Monday, August 24, 2015

Human Population Growth: Earth's Push Back Time

Humans are entering the top of our population growth curve. 

Partly because some of us have chosen to limit births, but also because, for the very first time in human history, earth is limiting our births for us. 

It’s a biological given that populations have an s-shaped growth curve.

At first, growth is exponential, starting slow and increasing at a faster and faster pace.

Sound familiar?

Until recently, this is what all the human population growth charts looked like:

Doomsday scenarios say if we keep reproducing at greater and greater rates, we will soon run out of food, water, and space.

For most biological populations, though, the rate of growth starts off exponential. Then it slows and eventually stops. The top of the curve becomes flat, making that characteristic s-shape.


Most critters are no smarter than people. They don’t choose to limit how many babies are born.

The environment limits births for them.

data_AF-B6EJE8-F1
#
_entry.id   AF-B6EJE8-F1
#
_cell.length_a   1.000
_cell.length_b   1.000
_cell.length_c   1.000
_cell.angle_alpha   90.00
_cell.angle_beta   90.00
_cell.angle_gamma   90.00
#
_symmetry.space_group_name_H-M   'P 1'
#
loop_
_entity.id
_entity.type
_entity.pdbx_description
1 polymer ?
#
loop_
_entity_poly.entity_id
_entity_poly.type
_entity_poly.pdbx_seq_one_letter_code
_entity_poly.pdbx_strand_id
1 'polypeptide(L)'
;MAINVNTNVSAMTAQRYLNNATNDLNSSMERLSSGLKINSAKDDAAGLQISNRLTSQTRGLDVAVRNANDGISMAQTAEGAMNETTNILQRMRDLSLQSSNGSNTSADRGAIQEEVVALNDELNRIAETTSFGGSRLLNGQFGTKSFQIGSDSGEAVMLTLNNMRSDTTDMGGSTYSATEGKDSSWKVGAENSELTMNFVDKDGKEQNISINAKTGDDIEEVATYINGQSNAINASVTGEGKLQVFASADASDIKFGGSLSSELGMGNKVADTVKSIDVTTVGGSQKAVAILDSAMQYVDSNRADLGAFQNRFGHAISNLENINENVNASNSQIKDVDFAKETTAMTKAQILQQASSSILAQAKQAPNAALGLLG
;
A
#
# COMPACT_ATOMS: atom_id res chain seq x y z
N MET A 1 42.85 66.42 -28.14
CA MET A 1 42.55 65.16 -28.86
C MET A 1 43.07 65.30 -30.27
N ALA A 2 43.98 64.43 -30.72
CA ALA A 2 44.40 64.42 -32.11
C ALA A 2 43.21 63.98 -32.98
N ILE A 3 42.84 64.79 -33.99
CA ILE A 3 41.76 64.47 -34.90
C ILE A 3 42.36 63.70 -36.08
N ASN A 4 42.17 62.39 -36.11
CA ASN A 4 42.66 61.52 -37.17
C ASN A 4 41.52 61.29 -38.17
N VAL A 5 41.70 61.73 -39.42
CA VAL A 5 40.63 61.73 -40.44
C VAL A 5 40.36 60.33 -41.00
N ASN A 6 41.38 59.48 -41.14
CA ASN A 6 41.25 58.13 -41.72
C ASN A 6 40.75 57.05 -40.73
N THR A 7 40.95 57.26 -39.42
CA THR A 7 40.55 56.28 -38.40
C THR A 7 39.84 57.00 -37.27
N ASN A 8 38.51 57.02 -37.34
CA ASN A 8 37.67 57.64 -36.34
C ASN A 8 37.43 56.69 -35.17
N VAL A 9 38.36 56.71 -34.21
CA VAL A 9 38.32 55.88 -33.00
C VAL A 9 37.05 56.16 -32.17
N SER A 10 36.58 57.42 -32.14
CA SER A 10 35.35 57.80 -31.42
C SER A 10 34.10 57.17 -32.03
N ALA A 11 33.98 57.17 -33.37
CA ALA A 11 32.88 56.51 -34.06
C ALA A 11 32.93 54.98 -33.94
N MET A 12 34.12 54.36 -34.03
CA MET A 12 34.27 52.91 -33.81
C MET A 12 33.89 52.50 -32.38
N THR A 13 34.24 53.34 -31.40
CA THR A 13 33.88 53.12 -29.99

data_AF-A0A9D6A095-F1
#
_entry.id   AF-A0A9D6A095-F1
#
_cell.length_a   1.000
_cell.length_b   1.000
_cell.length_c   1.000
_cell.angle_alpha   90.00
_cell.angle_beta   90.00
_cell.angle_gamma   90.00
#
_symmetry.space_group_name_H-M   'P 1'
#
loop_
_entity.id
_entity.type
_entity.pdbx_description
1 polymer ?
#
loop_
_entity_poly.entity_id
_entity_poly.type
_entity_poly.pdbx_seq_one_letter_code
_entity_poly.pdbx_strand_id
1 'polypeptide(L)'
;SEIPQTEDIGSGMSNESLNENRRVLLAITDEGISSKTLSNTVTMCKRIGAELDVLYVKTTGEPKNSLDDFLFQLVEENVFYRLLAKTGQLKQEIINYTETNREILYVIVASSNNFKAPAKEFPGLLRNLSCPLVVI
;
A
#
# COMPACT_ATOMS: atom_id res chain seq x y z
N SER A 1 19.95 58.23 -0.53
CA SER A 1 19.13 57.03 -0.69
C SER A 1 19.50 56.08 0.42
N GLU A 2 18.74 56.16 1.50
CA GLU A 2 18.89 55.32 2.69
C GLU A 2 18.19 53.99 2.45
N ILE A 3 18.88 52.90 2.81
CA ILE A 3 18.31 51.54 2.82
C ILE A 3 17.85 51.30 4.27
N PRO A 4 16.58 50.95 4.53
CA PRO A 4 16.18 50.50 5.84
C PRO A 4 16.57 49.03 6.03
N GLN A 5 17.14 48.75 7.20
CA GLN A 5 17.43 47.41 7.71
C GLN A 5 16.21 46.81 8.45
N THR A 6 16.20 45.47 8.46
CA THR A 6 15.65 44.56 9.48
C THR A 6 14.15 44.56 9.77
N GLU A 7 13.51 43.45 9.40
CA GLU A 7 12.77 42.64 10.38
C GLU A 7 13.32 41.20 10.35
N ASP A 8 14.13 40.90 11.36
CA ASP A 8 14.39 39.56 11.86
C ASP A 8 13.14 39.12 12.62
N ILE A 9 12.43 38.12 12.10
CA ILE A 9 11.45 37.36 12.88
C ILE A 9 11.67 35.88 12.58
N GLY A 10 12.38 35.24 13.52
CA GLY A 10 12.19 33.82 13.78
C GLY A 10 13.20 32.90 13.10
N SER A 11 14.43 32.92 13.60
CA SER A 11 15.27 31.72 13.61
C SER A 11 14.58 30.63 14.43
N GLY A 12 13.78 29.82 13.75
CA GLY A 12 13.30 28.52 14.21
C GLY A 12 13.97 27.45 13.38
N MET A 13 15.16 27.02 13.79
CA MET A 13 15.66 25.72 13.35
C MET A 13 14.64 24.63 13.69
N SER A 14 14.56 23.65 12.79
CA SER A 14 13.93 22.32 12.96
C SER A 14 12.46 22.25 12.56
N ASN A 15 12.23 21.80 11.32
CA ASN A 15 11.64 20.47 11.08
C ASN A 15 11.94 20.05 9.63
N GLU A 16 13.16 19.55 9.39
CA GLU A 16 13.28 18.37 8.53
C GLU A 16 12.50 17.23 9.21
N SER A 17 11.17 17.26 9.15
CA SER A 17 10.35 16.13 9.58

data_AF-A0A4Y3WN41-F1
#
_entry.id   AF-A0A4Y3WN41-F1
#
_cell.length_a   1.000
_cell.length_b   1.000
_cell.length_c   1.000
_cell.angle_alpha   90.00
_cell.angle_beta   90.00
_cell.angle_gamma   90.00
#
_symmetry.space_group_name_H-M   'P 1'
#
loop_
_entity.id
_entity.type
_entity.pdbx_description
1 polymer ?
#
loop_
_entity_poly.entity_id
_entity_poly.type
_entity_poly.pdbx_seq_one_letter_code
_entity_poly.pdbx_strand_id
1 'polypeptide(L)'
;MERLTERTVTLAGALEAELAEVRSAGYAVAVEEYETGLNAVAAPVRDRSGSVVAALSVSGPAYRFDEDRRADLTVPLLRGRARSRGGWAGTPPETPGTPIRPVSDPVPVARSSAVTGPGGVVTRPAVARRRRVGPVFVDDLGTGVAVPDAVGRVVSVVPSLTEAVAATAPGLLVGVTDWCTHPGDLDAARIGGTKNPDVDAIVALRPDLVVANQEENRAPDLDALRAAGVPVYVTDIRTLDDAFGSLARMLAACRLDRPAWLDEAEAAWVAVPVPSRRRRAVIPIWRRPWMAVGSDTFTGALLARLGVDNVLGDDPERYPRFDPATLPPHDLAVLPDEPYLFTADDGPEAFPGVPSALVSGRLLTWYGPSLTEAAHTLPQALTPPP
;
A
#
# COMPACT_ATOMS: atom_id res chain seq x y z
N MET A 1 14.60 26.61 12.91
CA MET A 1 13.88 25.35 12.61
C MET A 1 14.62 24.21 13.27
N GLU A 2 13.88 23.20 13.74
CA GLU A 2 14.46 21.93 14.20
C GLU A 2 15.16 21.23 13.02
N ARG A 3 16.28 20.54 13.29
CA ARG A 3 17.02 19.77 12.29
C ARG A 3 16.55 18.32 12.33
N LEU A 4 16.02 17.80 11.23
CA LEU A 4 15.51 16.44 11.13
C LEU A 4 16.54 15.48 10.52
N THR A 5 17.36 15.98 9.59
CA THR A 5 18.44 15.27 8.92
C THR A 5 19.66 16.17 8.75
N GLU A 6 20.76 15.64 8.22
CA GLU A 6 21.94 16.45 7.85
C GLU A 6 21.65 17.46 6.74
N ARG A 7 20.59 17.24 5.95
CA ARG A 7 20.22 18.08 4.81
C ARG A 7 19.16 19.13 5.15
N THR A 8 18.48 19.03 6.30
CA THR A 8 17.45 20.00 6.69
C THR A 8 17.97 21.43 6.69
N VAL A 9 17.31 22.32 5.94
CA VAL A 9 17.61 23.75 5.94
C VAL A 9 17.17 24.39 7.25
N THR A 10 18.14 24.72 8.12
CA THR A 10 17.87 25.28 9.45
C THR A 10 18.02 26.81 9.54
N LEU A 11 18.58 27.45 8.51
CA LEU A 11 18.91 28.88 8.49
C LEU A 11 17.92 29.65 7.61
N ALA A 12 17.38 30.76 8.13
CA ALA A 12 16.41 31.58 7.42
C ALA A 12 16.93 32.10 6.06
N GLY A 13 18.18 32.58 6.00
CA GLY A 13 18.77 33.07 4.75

Populations race exponentially upward until the critters have filled their environment. Then the environment pushes back. 

The critters' waste products pile up. A poison to them, their waste damages their fertility and vitality. Meanwhile, predators--including disease organisms--settle in for a steady munch. The result? Population growth slows, then levels off.

The human population is still growing, but our growth rate is going down.

We have entered the top of our growth curve.

Now, some of that is sociological. For people in rich countries, kids are expensive, social services means you don't need them to take care of you in your old age, and better medical care for children means you no longer need a bunch to have some reach maturity. So people choose to have smaller families.

But there may also be a more biological explanation.

Think about it.
  1. We are the only true world-wide species. (Other world-wide species, like Norwegian rats, live off us).
  2. If the whole world is our environment, we have only just filled it.
  3. As we cover the earth, our waste products spread--primarily industrial and agricultural pollutants. These decrease our health, and many act like hormones to decrease our fertility.
  4. As a global monoculture, we are fast food central for human disease organisms.
Humans are not really better than other critters. We are not immune to normal, biological processes. 

Neither are we worse. 

In fact, we’re just the same, and we’ve finally filled our environment: the whole earth.
Giving the earth a chance to push back.

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